Irish house prices forecast to rise by 4% as supply struggles to meet demand
Shift to remote working has driven demand for larger properties in regional locations
The overnight shift to people working from home last year ‘has led to a reordering of priorities’, according to TJ Cronin, vice president of the SCSI. Photograph: Artur Widak/NurPhoto via Getty Images
Irish residential property prices, which remained resilient during the Covid-19 shock last year, are set to rise by an average of 4 per cent in 2021 as supply shortages continue to prop up valuations, according to a survey of chartered surveyors.
The Society of Chartered Surveyors Ireland (SCSI) found that two-thirds of 250 chartered agents surveyed in December expect property prices to increase this year, ranging from a 3 per cent advance in Dublin to 6 per cent growth across Connacht and Ulster.
While more than three-quarters of SCSI agents were predicting property value drops in the first quarter of last year as Covid-19 started to sweep across the State, this fell to just 8 per cent in the December poll.
Experts – spanning economists to banking executives – had estimated at the height of the coronavirus crisis last May that property values would decline by as much as 12 per cent in 2020 in the face of mass unemployment and a hiatus in economic activity brought about by the pandemic. However, the market has defied expectations, as ongoing supply shortages were compounded as construction came to a standstill during the spring lockdown.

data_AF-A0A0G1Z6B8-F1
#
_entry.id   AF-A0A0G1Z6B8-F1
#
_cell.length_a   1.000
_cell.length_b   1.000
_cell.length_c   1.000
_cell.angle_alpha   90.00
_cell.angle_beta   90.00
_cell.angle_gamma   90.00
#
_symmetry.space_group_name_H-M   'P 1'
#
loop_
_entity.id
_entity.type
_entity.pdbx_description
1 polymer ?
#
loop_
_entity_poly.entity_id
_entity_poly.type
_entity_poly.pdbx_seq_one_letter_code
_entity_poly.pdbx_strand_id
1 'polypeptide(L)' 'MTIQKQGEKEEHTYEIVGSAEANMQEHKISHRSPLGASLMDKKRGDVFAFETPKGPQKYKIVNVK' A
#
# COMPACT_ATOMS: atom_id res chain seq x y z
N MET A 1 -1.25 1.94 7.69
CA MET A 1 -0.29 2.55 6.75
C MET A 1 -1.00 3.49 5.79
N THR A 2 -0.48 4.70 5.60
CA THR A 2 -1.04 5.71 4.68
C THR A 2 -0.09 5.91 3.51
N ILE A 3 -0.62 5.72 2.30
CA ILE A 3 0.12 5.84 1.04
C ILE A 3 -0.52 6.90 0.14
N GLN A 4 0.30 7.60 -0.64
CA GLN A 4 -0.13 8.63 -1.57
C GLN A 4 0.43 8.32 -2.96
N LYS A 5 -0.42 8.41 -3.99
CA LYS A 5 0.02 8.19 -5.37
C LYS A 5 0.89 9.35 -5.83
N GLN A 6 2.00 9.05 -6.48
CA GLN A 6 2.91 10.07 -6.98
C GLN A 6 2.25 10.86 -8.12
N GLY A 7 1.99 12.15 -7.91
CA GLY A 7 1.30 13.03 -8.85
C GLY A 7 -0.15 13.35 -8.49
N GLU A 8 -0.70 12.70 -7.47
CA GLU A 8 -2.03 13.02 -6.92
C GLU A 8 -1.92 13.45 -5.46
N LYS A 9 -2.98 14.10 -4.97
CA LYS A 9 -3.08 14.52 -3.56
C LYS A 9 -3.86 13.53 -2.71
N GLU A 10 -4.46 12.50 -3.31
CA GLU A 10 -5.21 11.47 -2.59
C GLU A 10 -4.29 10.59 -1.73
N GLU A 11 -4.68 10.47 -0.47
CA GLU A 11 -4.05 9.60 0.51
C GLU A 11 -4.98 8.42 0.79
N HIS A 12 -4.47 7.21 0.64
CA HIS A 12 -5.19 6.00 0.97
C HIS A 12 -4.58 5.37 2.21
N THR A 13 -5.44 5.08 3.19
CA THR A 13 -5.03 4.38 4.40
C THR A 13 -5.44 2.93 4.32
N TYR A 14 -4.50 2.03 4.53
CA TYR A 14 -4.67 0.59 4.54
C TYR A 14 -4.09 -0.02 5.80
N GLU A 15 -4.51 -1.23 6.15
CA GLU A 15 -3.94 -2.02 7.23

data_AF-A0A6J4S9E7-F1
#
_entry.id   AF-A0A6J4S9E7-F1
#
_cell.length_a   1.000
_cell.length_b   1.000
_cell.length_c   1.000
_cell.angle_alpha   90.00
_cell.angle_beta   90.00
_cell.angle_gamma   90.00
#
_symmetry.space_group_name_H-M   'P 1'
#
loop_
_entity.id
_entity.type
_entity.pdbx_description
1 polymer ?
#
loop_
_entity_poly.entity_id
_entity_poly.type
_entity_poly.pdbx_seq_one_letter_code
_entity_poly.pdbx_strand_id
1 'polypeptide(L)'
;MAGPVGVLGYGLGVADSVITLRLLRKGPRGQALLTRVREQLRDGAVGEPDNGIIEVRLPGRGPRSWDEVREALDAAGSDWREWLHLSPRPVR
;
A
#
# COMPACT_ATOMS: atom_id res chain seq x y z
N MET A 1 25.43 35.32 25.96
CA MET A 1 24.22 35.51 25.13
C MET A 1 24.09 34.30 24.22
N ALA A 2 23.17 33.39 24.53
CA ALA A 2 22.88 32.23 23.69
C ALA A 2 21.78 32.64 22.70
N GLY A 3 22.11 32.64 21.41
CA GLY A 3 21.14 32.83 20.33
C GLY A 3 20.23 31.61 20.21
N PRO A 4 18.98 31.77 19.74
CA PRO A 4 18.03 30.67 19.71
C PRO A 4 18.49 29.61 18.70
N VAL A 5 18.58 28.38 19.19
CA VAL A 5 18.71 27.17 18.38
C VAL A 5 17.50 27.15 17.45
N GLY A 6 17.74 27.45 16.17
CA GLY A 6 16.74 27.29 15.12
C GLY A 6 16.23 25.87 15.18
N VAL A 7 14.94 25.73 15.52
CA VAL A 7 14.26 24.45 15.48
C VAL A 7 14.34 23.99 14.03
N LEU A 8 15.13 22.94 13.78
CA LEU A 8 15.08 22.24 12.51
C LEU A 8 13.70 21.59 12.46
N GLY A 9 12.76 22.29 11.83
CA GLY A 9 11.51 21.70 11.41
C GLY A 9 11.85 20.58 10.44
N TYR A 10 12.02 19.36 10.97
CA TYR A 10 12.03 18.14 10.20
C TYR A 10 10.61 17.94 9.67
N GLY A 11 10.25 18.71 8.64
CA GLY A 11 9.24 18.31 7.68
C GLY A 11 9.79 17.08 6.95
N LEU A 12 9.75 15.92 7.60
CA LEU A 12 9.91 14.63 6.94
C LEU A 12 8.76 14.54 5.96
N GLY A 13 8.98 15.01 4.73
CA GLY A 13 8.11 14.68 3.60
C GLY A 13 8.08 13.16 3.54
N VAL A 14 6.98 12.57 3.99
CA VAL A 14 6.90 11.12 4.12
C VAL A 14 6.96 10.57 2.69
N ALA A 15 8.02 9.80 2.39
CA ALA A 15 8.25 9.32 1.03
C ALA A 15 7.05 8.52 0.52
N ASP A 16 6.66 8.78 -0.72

“2020 was dominated by Covid-19 and this led to a stop, start, surge property market which only began to taper towards the end of the year. Agents believe Covid-19 will once again dictate activity levels in 2021 and, given the recent introduction of new restrictions, it’s very possible we could see a repeat of that stop, start, surge pattern in 2021,” said TJ Cronin, vice-president of the SCSI.
While much of the market activity was halted or significantly slowed in the first half of the year due to an extended lockdown period and the temporary closure of the construction industry, the second half saw a significant increase in buyer and seller activity, SCSI noted.
Residential property values, including houses and apartments, decreased by just 0.4 per cent nationally in the year to October, according to the latest figures from the Central Statistics Office. Meanwhile, asking prices for houses surged 6 per cent in the Republic last year, property website MyHome.ie, which is owned by the publisher of The Irish Times, said in a report earlier this month that warned “too much cash is chasing too few homes”.
Mr Cronin said the overnight shift to people working from home last year “has led to a reordering of priorities and is driving interest in larger properties in regional locations with good broadband and lots of amenities as well as holiday homes in secondary locations”.
This has driven an expectation among surveyors that Dublin will see the lowest rate of price growth this year, while Connacht and Ulster are forecast to see the highest.
“While Covid-19 has badly affected certain sectors, it has enabled prospective buyers who work in areas which haven’t been hugely impacted, such as pharma, tech, financial and the public sector, to increase their savings,” he said.